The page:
Ophthalmology & Visual Sciences at the Eye Institute

Case Study 12 - CC: Blurry vision in both eyes and headaches

Patient Visit

Patient History

31 year-old female social worker who presents with 2 month history of fluctuating vision in both eyes. The blurriness has become more permanent in the R>L for the last 3 weeks. Vision is worse when lying down; at times her vision goes completely dark in both eyes. Patient denies flashes or floaters. She has noticed some diplopia side to side when watching TV, occasionally, in the last 3 months.

She also reports headaches - intense and persistent- over her whole head for the last month. She though maybe due to the blurry vision. Headaches are also worse when lying down. She can also hear a whooshing sound in her ears once-in-a-while "as if I was listen to the waves".

Past Ocular History:

Ocular Medications:

Past Medical History:

Surgical History:

Past Family Ocular History:
Negative for macular degeneration, glaucoma or other blinding diseases.

Social History:
No history of alcohol/tobacco/drug use. No STD risk.

Multivitamin. No other medications in the past.


No recent URI, no sick contacts. No other positive CNS, heart, lungs, GI, skin or joint sxs.

Ocular Exam

Visual Acuity (cc):
OD: 20/40}
OS: 20/200

IOP (tonoapplantation):
OD: 13 mmHg
OS: 12 mmHg

Round and reactive bilaterally; positive APD L eye

Extraocular Movements:
Full OU. No nystagmus.

Confrontational Visual Fields:
Visual field defects superionasally and superiotemporally R eye. Visual field defects in all quadrants L eye.

Normal, both eyes

Slit Lamp:

Lids and Lashes Normal OU
Conjunctiva/Sclera Normal OU
Cornea Clear OU
Anterior Chamber Deep and quiet OU
Iris Normal OU
Lens Clear OU
Anterior Vitreous Clear OU
Dilated Fundus Examination:
OD Clear view, CDR: 0.1 with blurry margins and obscuration of small vessels; flat macula with normal foveal light reflex; normal vessels and peripheral retina
OS Clear view, CDR 0 with significant elevation of the optic disc, obscuration of both small and large vessels and some disc hemorrhages; flat macula with normal foveal light reflex; normal peripheral vessels and peripheral retina

Humphrey Visual Field 24-2 OU - significant decrease of visual fields in both eyes with preserved central island of vision

MRI of the brain and orbits - large suprasellar mass abutting the R optic nerve and displacing the L optic nerve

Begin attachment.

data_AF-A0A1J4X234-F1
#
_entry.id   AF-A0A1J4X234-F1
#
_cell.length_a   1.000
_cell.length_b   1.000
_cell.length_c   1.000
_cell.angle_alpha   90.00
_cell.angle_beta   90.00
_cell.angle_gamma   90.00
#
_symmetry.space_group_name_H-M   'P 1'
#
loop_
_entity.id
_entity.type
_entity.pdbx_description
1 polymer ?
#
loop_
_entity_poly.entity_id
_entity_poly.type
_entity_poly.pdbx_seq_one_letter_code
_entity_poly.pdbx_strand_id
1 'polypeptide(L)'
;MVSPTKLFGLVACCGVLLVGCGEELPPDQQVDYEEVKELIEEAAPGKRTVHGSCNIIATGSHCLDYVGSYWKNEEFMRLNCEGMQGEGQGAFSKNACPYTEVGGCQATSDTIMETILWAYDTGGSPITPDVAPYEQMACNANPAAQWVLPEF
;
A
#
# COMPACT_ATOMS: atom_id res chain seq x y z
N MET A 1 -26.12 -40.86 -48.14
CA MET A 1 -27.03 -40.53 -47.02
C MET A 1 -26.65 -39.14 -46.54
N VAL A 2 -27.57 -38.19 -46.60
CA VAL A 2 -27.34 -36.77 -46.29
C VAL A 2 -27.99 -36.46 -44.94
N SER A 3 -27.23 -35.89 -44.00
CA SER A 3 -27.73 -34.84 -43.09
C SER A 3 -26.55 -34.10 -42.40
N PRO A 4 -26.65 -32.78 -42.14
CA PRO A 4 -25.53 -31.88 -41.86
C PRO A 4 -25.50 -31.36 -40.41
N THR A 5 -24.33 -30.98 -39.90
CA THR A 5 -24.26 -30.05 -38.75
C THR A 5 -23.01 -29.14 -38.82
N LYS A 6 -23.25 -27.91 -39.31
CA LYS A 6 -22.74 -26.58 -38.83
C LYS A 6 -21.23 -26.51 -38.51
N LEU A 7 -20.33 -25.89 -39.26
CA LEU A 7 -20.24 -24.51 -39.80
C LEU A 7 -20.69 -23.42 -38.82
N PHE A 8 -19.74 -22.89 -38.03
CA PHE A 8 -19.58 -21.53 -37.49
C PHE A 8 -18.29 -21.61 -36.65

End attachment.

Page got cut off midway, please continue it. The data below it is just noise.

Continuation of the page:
Diagnosis and Discussion

Bilateral optic nerve head swelling, due to intracranial mass


Differential Diagnosis:
This patient presents with decreased vision bilaterally (visual acuity and visual field), an APD in the L eye and bilateral optic nerve head swelling. The MRI demonstrates an intracranial mass. Differential diagnosis of optic nerve head swelling also includes venous sinus thrombosis, idiopathic intracranial hypertension (or any other causes of increased intracranial pressure), and also causes of localized optic nerve swelling (ex. severe hypertension, papillitis, optic nerve glioma).

Optic nerve head swelling is seen in cases where fluid in the optic nerve sheath fails to communicate with the subarachnoid space in the brain causing the outer retinal nerve fiber layer to swell and protrude towards the vitreous. Persistent swelling results in death of the ganglion cells and retina nerve fibers which gives the optic nerve head a pale and atrophic appearance.

Key parts of the ocular exam include visual acuity and visual field evaluation. An APD will be noticeable if one nerve is more affected than the other. An examination of the optic nerve to determine if there is any swelling, obscuration of the optic nerve vessels, optic nerve hemorrhages, cotton-wool spots or atrophy is critical. This can be done with the direct ophthalmoscope, the slit-lamp biomicroscope or the indirect ophthalmoscope.

In this case prompt evaluation by neurosurgery is needed to decompress the optic nerve sheath. There is a high likelihood of permanent vision loss. In cases where the optic nerve head swelling is due to idiopathic intracranial hypertension oral acetazolamide is used to decrease the intracranial pressure and aid in decreasing optic nerve head swelling. Optic nerve sheath fenestration is another option. The patient needs lifelong eye examinations to ensure no further injury to the visual system.

Self-Assessment Questions
  1. In a 40yr old obese female with a recent history of headaches, vision loss and evidence of bilateral optic nerve head swelling, which detail of her medical history would be most contributory to this presentation?
  2. Which of the following describes an APD?


Self-Assessment Answers

1. In a 40yr old obese female with a recent history of headaches, vision loss and evidence of bilateral optic nerve head swelling, which detail of her medical history would be most contributory to this presentation?

b. Use of Accutane
This might confirm an etiology for the presentation.

2. Which of the following describes an APD?

c. The light is moved from the R to the L eye and the L pupil dilates

This would be the typical response in an eye with an APD.

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